Similarly, Exhibit E, a redacted credit report for Williams' Honda Account (Docket No. 44-5) has not been properly authenticated. Again, Williams submits an affidavit from her attorney, attesting that he obtained the report online from CIN Legal Data Services. See Docket No. 69-2 at ¶ 3. In addition, the credit report is inadmissible hearsay. Williams' attorney is not competent to provide the foundation that would support allowing this document into evidence under any of the exceptions to the hearsay rule. See, e.g., Gannon v. IC Sys., Inc., No. 09-60302-CIV, 2009 WL 3199190, at *1 (S.D. Fla. Sept. 25, 2009); Cruz v. MRC Receivables Corp., 563 F.Supp.2d 1092, 1095 (N.D. Ca. 2008). Accordingly, the Court will not consider Exhibit E.[4]

Finally, Honda objects to Exhibit J, a copy of WSF's Financial Repossession Notice. Williams has not authenticated this document, has not responded to Honda's objection, and, in any event, has not shown that this document is material for summary judgment purposes. Accordingly, the Court will not consider Exhibit J.

B. Facts[5]

On August 29, 2007, Williams entered into a motor vehicle retail installment sale contract (the "Contract") for the purchase of a 2007 Honda Accord (the "Vehicle") for $38, 259, financing $26, 407 of this amount. SOF ¶ 2. The Contract provides that it is governed by the laws of Massachusetts. SOF ¶ 3. The Contract states that "[i]f Seller repossesses the Vehicle, Seller can, ... sell it and apply the money received to what Buyer owes. Proceeds of sale... will be applied to the unpaid sums owing under this Contract." SOF ¶ 5. The Contract further states that "Buyer will be liable for any deficiency incurred" and "Seller has the right to a deficiency judgment... in accordance with applicable law." Id.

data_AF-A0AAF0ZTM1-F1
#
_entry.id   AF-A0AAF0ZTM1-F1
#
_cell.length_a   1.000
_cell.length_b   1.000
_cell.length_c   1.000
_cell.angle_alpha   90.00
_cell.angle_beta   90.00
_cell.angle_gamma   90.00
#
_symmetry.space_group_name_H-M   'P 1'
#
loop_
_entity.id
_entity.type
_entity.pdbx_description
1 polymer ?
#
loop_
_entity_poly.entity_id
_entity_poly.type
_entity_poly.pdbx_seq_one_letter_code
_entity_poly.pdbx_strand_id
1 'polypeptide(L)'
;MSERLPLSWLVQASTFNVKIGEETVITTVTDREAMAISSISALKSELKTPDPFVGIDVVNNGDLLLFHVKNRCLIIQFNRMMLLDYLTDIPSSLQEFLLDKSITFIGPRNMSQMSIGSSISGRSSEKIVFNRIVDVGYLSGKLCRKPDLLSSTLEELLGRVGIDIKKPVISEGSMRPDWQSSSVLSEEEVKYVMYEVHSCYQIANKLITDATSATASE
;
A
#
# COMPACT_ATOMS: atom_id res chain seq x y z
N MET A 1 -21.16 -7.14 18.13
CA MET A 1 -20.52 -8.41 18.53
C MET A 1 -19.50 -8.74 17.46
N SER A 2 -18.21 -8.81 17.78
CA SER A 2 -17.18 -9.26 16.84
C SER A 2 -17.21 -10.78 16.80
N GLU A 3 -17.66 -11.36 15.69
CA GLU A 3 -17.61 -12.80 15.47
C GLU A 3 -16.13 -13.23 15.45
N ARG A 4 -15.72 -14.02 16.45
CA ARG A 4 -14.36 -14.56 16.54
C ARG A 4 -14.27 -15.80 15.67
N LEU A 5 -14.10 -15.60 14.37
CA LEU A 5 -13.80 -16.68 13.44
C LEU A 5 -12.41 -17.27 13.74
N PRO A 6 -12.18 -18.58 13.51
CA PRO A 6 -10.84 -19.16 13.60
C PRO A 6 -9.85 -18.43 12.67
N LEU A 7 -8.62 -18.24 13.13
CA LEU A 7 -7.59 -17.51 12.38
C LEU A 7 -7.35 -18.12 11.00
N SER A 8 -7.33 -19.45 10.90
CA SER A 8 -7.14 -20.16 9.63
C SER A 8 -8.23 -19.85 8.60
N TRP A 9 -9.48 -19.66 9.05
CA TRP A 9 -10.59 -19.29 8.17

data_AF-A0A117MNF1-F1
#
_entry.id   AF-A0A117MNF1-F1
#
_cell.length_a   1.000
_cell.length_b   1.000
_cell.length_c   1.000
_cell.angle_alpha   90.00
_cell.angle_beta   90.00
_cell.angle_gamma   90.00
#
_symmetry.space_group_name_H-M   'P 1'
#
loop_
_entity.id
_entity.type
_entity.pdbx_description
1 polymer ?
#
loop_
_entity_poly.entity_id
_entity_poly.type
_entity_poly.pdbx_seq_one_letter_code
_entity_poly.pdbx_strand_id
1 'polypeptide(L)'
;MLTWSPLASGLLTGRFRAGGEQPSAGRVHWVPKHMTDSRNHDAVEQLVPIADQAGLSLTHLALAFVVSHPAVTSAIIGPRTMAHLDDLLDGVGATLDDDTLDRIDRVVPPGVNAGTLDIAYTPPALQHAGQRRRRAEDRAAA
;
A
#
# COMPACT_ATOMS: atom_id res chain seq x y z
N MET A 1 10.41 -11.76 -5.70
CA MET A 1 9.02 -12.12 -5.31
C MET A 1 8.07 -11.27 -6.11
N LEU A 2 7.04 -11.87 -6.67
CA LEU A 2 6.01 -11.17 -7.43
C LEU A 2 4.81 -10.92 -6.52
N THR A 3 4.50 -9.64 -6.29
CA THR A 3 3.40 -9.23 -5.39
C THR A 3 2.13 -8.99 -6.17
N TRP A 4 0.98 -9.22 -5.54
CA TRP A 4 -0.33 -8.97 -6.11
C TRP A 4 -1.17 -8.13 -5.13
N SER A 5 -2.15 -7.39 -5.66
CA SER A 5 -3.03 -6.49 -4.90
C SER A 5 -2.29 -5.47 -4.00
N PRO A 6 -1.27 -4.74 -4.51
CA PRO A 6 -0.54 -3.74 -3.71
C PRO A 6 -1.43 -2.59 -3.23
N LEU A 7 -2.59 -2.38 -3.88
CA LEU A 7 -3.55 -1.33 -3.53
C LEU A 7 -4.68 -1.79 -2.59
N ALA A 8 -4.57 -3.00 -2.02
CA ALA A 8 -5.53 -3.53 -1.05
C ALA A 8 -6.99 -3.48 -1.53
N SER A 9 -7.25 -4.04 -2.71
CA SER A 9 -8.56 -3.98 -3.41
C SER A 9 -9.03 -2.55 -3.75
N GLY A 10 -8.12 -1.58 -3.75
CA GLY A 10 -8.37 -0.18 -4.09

On September 20, 2011, Honda caused the Vehicle to be repossessed. SOF ¶ 6. On September 21, 2011, Honda sent Williams a notice (the "Pre-Sale Notice") advising her of the repossession and of its intent to dispose of the Vehicle. SOF ¶ 7. In relevant part, the Pre-Sale Notice states:

We have the motor vehicle described above because you broke promises in our agreement, and we will sell it a private sale sometime after October 11, 2011.
The money received from the sale (after paying our costs) will reduce the amount you owe. If the auction proceeds are less than what you owe, you will still owe us the difference. If we receive more money than you owe, you will receive a refund, unless we must pay it to someone else. If you would like a written explanation on how the amount you owe was determined, or need additional information about the sale, please send your request to the address below.
You can get the property back at any time before we sell it by paying the full payoff amount, including our expenses. As of today, the payoff amount is $13, 366.78, which is subject to change due to the addition of applicable fees and/or finance charges.

Williams Ex. B.